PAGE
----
Three Keys to Harness Mobile Marketing and Drive Consumer Engagement

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Visit any mall or store, or just walk down a busy street and take a look around. You’ll notice almost everyone, regardless of their demographic, heads down interacting with their mobile devices—whether it’s sending text messages, browsing Facebook, checking email or checking in on Foursquare. We are now a society of 24/7 connectivity. Simply put, mobile has become a critically important part of our daily lives.

Need proof? A recent CTIA survey revealed an interesting comparison: The total number of US wireless subscribers outnumbers the total population of the United States, 327.6 million vs. 312.4 million. The survey also found that smartphone and wireless-enabled PDA device usage rose from 61.2 to 95.8 million users since the middle of 2010. It wasn’t long ago when “mobile” meant just a phone. Now, nearly one third of Americans can receive the communications vehicle of their choosing—text, email, voice—on one device, and this number is expected to grow rapidly over the next year. And they’re taking it everywhere they go. According to a 2011 Mobile Commerce Daily survey, 50 percent of consumers currently use their mobile devices for shopping purposes.

The rise of mobile marketing presents a game-changing opportunity for retail, travel, entertainment, and other customer-facing businesses to drive more personalized, impactful marketing and loyalty efforts, in ways which were not possible until now. Businesses can engage, interact, and socialize with customers the way they want to be reached—a critical foundation for building customer loyalty.

Yet, capitalizing on the mobile revolution is a lot easier said than done. Here are three critical foundations for harnessing the power of mobile marketing:

  1. Create a customer database and understand preferences
    As the Field of Dreams adage goes, “If you build it, they will come.” The key is gaining your customer’s permission to communicate with them, commonly referred to as either “express consent” or “opt-in.”

    Besides being mandated by industry regulations, an express consent or opt-in database offers a unique perspective and insight of how customers shop, where they shop, how often they want to be contacted, and the brand or product information they prefer to receive. And no, we’re not just talking about collecting customer cell phone numbers. Mobile databases are the foundation for providing laser-focused, targeted communications consumers’ value most. You should be adding email addresses, postal mail addresses, dates of birth, and other demographic information to create a complete customer profile.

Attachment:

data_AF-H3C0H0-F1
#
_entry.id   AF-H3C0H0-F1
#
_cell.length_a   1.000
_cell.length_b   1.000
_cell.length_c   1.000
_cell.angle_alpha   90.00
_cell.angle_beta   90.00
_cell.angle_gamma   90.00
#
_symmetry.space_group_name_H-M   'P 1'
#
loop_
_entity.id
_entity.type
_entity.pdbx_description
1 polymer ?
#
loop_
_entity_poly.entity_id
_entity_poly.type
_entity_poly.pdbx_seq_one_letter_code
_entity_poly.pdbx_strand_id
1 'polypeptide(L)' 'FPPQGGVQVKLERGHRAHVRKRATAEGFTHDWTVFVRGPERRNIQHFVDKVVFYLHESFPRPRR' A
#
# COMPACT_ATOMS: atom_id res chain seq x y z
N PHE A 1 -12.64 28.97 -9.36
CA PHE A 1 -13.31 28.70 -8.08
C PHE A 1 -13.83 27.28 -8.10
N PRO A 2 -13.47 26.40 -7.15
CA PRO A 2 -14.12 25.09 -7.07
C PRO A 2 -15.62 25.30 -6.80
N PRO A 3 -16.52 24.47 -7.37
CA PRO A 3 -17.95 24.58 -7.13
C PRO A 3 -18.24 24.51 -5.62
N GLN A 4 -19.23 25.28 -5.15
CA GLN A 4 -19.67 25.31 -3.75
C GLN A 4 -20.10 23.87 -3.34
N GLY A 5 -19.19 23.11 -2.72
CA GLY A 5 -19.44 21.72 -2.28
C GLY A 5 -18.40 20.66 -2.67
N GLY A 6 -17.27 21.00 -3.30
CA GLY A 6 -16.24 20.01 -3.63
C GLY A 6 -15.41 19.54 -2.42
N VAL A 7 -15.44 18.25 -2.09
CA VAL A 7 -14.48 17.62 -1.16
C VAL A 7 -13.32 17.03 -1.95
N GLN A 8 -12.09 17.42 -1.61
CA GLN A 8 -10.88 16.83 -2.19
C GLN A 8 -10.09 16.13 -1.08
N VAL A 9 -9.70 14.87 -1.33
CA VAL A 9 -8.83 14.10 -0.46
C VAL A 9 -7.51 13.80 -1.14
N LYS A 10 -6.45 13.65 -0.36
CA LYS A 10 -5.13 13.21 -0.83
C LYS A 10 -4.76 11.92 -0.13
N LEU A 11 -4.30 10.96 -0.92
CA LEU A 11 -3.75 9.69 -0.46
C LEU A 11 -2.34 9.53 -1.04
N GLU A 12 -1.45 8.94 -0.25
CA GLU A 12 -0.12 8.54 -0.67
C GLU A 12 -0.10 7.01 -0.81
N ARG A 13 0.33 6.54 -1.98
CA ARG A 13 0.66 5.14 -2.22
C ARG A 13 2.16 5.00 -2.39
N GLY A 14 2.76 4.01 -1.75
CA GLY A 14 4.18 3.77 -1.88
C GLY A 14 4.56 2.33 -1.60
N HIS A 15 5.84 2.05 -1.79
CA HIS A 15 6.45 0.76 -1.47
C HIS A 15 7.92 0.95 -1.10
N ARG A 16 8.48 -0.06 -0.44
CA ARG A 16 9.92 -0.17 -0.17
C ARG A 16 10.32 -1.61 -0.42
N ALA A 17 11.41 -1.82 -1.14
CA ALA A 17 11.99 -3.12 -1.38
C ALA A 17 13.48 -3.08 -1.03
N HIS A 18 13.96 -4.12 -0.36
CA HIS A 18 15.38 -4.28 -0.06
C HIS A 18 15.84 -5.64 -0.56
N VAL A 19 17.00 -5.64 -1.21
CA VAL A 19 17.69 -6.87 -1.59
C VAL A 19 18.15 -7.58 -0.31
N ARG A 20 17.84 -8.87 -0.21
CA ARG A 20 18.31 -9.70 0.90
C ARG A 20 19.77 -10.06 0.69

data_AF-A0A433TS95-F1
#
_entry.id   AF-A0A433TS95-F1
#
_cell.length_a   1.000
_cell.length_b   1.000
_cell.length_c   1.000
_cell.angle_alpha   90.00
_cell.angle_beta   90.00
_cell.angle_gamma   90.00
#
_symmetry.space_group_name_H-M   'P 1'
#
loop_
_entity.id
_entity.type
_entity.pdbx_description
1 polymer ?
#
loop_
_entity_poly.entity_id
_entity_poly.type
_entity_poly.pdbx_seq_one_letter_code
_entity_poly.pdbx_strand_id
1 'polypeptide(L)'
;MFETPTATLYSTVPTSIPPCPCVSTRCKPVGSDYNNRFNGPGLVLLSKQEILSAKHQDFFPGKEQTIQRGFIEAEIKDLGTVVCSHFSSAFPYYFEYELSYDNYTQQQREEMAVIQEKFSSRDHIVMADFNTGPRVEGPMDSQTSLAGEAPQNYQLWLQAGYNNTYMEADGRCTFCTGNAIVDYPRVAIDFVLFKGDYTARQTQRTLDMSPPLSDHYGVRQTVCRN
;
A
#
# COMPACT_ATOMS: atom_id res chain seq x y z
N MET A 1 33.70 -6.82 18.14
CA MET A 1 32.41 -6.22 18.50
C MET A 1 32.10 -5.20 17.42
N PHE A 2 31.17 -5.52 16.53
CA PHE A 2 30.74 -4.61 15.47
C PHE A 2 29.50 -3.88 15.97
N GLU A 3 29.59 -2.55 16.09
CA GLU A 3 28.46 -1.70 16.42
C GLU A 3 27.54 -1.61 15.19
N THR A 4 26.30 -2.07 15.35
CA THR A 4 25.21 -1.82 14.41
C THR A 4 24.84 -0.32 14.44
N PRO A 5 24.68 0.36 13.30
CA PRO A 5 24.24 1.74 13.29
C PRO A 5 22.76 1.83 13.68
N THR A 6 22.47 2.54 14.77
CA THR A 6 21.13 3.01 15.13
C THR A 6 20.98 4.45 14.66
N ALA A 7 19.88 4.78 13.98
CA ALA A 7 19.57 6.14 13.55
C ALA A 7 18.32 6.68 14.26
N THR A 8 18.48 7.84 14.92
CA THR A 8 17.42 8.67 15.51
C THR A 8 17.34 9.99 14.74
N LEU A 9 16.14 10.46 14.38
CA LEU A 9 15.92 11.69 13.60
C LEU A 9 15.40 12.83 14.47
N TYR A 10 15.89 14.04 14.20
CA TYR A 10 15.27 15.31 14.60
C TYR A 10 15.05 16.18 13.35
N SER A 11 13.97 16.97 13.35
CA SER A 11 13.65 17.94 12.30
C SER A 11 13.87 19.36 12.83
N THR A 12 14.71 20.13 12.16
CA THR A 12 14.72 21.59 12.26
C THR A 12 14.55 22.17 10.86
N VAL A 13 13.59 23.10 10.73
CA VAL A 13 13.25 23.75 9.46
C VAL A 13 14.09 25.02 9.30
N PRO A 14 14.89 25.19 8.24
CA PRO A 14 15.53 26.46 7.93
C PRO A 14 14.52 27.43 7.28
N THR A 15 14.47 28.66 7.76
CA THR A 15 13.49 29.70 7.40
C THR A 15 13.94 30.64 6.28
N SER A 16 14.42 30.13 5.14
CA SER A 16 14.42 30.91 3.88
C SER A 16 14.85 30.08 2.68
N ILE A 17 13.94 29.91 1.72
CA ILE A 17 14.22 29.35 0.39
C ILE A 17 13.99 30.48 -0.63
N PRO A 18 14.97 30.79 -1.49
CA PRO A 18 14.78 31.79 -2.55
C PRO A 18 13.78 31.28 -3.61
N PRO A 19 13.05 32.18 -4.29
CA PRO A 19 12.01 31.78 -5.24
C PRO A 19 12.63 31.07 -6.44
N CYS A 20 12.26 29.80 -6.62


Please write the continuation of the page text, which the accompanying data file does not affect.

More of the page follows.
Mobile databases are the foundation for providing laser-focused, targeted communications consumers’ value most.

    Certainly, most customers won’t simply volunteer this information, meaning businesses need to be strategic and creative. Online sign-up forms, surveys, in-store contests, sweepstakes, text-in offers, and coupon codes that can tie-back into existing customer databases are common practices towards building the most extensive customer lists.

    Growing a database is an ongoing process, not a one-time event. You should be continually updating customer information and preferences to ensure you’re gathering intelligence that matters for impactful engagement.

    Staying attuned to customer preferences and cadence of messaging is also critical. If you over-communicate, especially through non-specified channels, or with information they’re not interested in, then trust will be broken, thus increasing the probability of a customer opting-out. Once a customer opts-out of a mobile program, the chances of winning them back to mobile are small, if not almost impossible.

  2. Consider your communications and get creative
    Once an express consent database has been created, you should focus on unique ways to use mobile messaging to your advantage. This means customizing your communications with exclusive offers and being more creative in how you engage your customers—in order retain their attention and maximize the potential of mobile loyalty. The companies that have a proven record of success with mobile generally communicate with the customers once a week with exclusive offers for mobile recipients via SMS text. By taking this approach working as the baseline, you can then expand from here with different strategies and mobile technologies such MMS content, location-based services and POS bar-coded mobile couponing.

    Mobile marketing presents the opportunity to inform customers of sales and promotions in ways other forms of communication cannot. Traditional advertising relies on the push-marketing hope that consumers will get the message. Mobile offers companies a direct pull-marketing line to its audience, through a channel the customer has already expressed interest in, and opted-in to receive.